They are calling these 33rd Ryder Cup matches "The Battle of Brookline," even if both sides would like it to be known that they hardly view three days of match-play golf at The Country Club as anything but a spirited competition played in the spirit of great sportsmanship.
That's what they always say, even if fans worldwide will be riveted to the high drama and intense pressure these matches produce every two years as 12-man teams from the United States and Europe contest the cherished Cup. Europe has won the last two, most recently in 1997 at Valderrama in Spain.
Hearts on both sides will be fluttering quite early Friday morning when the matchup everyone wants to see--Tiger Woods vs. 19-year-old Spanish sensation Sergio Garcia--starts at 7:45 in the second pairing of the opening alternate-shot matches.
Woods, who held off Garcia by a shot to win the PGA Championship last month in Medinah, Ill., will play with Tom Lehman. Garcia will partner with Sweden's Jesper Parnevik in the marquee match of a very interesting morning. Lehman called the pairing "a golf fan's dream."
"It's not one-on-one," Woods said today. "It's alternate shot, and you only hit half the shots. It's not what the media is speculating. I know they want to see us play head-to-head. But we have to rely directly on our partners now."
They'll be preceded by another intriguing match--Europe's Colin Montgomerie and British Open champion Paul Lawrie facing David Duval and Phil Mickelson at 7:30 a.m. Padraig Harrington and Miguel Angel Jimenez will play Davis Love III and Payne Stewart, and Lee Westwood and Darren Clarke take on Jeff Maggert and Hal Sutton.
The United States, with 10 men among the top 16 in the world and every player in the top 30, is considered a heavy favorite. Every player but David Duval, ranked No. 2 in world, has played in a Ryder Cup.
"In my opinion, there's a very strong sense of urgency for this team to win," said Lehman, a member of the last two losing teams. "We need to win, that's all there is to it."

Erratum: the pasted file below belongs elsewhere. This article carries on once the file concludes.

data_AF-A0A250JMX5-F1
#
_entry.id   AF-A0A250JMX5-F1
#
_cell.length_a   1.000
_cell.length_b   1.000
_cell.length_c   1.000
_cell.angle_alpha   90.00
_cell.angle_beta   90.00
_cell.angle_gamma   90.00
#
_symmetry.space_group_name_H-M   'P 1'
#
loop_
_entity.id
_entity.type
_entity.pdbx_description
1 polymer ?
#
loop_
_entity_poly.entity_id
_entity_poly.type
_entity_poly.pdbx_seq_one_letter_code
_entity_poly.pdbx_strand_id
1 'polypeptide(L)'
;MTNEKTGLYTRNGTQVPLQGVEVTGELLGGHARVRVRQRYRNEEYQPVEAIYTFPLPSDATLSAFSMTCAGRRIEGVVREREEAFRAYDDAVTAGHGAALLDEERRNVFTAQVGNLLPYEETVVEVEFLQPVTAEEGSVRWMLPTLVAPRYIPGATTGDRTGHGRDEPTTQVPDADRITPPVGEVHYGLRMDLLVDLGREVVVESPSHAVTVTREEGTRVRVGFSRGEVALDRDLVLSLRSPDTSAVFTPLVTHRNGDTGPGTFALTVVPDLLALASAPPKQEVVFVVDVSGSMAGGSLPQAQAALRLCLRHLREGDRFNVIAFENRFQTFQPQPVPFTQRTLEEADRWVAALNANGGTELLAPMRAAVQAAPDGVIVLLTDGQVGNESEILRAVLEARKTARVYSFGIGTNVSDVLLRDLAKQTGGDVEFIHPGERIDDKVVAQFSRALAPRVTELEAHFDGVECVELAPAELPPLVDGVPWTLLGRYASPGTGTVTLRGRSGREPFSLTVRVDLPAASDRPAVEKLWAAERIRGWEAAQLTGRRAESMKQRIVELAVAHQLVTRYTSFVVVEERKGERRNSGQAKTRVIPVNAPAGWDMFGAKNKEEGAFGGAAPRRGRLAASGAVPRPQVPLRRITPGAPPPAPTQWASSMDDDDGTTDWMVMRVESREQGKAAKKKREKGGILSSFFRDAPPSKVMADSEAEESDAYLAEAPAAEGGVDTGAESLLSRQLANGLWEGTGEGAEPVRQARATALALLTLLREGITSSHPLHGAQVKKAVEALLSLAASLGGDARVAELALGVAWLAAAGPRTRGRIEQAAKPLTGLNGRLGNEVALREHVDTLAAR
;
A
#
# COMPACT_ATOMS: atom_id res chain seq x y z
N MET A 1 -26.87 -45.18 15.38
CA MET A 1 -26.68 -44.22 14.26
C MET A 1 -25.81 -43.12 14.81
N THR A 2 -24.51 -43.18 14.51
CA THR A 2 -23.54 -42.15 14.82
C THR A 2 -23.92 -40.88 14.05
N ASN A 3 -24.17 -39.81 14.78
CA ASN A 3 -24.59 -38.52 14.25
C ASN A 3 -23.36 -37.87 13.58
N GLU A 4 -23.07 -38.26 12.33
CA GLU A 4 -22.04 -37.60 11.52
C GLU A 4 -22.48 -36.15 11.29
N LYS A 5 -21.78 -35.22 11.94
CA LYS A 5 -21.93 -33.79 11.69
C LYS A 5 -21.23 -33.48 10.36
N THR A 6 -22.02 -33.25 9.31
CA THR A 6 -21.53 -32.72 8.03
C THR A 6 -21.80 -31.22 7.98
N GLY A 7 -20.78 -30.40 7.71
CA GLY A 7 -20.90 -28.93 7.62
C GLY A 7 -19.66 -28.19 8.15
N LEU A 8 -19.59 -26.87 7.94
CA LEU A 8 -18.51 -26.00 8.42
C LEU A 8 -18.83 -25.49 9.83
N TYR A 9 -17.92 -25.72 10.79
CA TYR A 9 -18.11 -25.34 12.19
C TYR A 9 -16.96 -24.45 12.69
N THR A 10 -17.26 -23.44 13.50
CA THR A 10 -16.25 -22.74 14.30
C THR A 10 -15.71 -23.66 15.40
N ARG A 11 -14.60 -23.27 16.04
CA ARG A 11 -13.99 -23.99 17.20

The Europeans, with seven first-time players, believe all the pressure is squarely on the Americans. The absence of former team titans--England's Nick Faldo and Ian Woosnam, Germany's Bernhard Langer and Spain's Seve Ballesteros--only adds to that perception.
"It's nice being the underdogs," said Westwood. "There's a great expectation for them to win, I suppose. I think we can beat anybody. This format leads to shocks. We're virtually under no pressure at all. They must be under pressure, being the 12 best players in the world."
Westwood sarcastically was alluding to comments made earlier in the week by Maggert, who said the United States has the 12 best players in the world. Though the Europeans since have poked some fun at Maggert (after all, Montgomerie is No. 3 and Westwood No. 5 in current world rankings), they clearly were not amused to hear it.
The captains, American Ben Crenshaw and Europe's Mark James, have taken great pains not to pitch verbal volleys at each other and have cautioned their players to follow their lead.
"Mark James summed it up very well Tuesday night, saying that his goal and Ben's goal this year was to bring the matches back to a more friendly, gentlemanly competition," Love said. "But I don't think it gets any easier because of the focus and the attention and the pressure that gets put on us to win. Whether you win or lose, somebody's going to get criticized next week. Somebody's going to get beat up over the way they played."
At Valderrama, Love was among those players who took heavy heat. The '97 PGA champion was 0-4 in his matches. Combined with the two other major champions of that year, Masters winner Woods and British Open titlist Justin Leonard, the three were 1-9-3 in a 14 1/2 to 13 1/2 European victory.
Crenshaw said all of his players are hitting the ball extremely well over this 7,033-yard, par-71 layout, a historic venue the American captain first played when he was 16 years old. He set up the course to favor his team, with relatively short three-inch rough and tees that allow his long-hitters to use drivers and short irons to smallish and relatively slow greens.
On the European side, Jose Maria Olazabal also has been struggling and will not play Friday morning, along with Jean Van de Velde, Jarmo Sandelin and Andrew Coltart.
Still, everyone knows practice rounds don't mean much in this sort of competition, that players pumped on adrenaline often find their swings and their putting strokes just when everyone is prepared to write them off.
"I remember my first shot in Ryder Cup in '95," Lehman said. "I was with Corey Pavin, and we were playing Nick Faldo and Colin Montgomerie. I was hitting the first shot on the first tee, and I used a 3-wood, which I normally hit about 250. It went 320. There was my blood pressure. You figure it out."
Paul Lawrie, Europe
David Duval, United States
Jesper Parnevik, Europe
Tom Lehman, United States
Miguel Angel Jimenez,
Padraig Harrington, Europe
Davis Love III,
Payne Stewart, United States
Darren Clarke, Europe
Hal Sutton, United States
Afternoon pairings will be announced after the conclusion of the morning matches.
Where: The Country Club (7,033 yards, par 71), Brookline, Mass.
TV: 7:30 a.m.-6 p.m., USA Network.